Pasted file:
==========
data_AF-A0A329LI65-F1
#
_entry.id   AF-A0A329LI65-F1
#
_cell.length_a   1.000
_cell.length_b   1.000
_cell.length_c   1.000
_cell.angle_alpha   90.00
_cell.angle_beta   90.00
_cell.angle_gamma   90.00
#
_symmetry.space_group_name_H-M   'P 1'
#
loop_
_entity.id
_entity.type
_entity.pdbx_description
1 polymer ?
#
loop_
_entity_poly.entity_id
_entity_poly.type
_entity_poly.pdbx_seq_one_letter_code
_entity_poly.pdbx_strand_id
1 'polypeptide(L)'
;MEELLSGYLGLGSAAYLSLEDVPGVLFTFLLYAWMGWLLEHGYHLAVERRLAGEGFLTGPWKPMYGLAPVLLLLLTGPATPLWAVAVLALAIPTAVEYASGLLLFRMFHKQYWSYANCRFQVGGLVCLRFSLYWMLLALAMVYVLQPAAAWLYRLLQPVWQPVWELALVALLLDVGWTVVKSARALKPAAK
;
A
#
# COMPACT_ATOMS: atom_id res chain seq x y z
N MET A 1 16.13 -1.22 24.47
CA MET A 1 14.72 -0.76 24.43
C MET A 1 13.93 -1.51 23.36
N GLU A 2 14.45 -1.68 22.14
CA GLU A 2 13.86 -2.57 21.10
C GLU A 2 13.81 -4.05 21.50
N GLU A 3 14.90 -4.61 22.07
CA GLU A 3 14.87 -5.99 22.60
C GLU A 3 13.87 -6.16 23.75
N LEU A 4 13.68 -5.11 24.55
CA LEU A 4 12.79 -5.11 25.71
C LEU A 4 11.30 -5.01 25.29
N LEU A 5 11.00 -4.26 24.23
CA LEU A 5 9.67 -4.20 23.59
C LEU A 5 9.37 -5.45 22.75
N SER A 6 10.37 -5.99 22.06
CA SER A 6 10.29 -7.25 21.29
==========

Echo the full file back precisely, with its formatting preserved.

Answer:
data_AF-A0A329LI65-F1
#
_entry.id   AF-A0A329LI65-F1
#
_cell.length_a   1.000
_cell.length_b   1.000
_cell.length_c   1.000
_cell.angle_alpha   90.00
_cell.angle_beta   90.00
_cell.angle_gamma   90.00
#
_symmetry.space_group_name_H-M   'P 1'
#
loop_
_entity.id
_entity.type
_entity.pdbx_description
1 polymer ?
#
loop_
_entity_poly.entity_id
_entity_poly.type
_entity_poly.pdbx_seq_one_letter_code
_entity_poly.pdbx_strand_id
1 'polypeptide(L)'
;MEELLSGYLGLGSAAYLSLEDVPGVLFTFLLYAWMGWLLEHGYHLAVERRLAGEGFLTGPWKPMYGLAPVLLLLLTGPATPLWAVAVLALAIPTAVEYASGLLLFRMFHKQYWSYANCRFQVGGLVCLRFSLYWMLLALAMVYVLQPAAAWLYRLLQPVWQPVWELALVALLLDVGWTVVKSARALKPAAK
;
A
#
# COMPACT_ATOMS: atom_id res chain seq x y z
N MET A 1 16.13 -1.22 24.47
CA MET A 1 14.72 -0.76 24.43
C MET A 1 13.93 -1.51 23.36
N GLU A 2 14.45 -1.68 22.14
CA GLU A 2 13.86 -2.57 21.10
C GLU A 2 13.81 -4.05 21.50
N GLU A 3 14.90 -4.61 22.07
CA GLU A 3 14.87 -5.99 22.60
C GLU A 3 13.87 -6.16 23.75
N LEU A 4 13.68 -5.11 24.55
CA LEU A 4 12.79 -5.11 25.71
C LEU A 4 11.30 -5.01 25.29
N LEU A 5 11.00 -4.26 24.23
CA LEU A 5 9.67 -4.20 23.59
C LEU A 5 9.37 -5.45 22.75
N SER A 6 10.37 -5.99 22.06
CA SER A 6 10.29 -7.25 21.29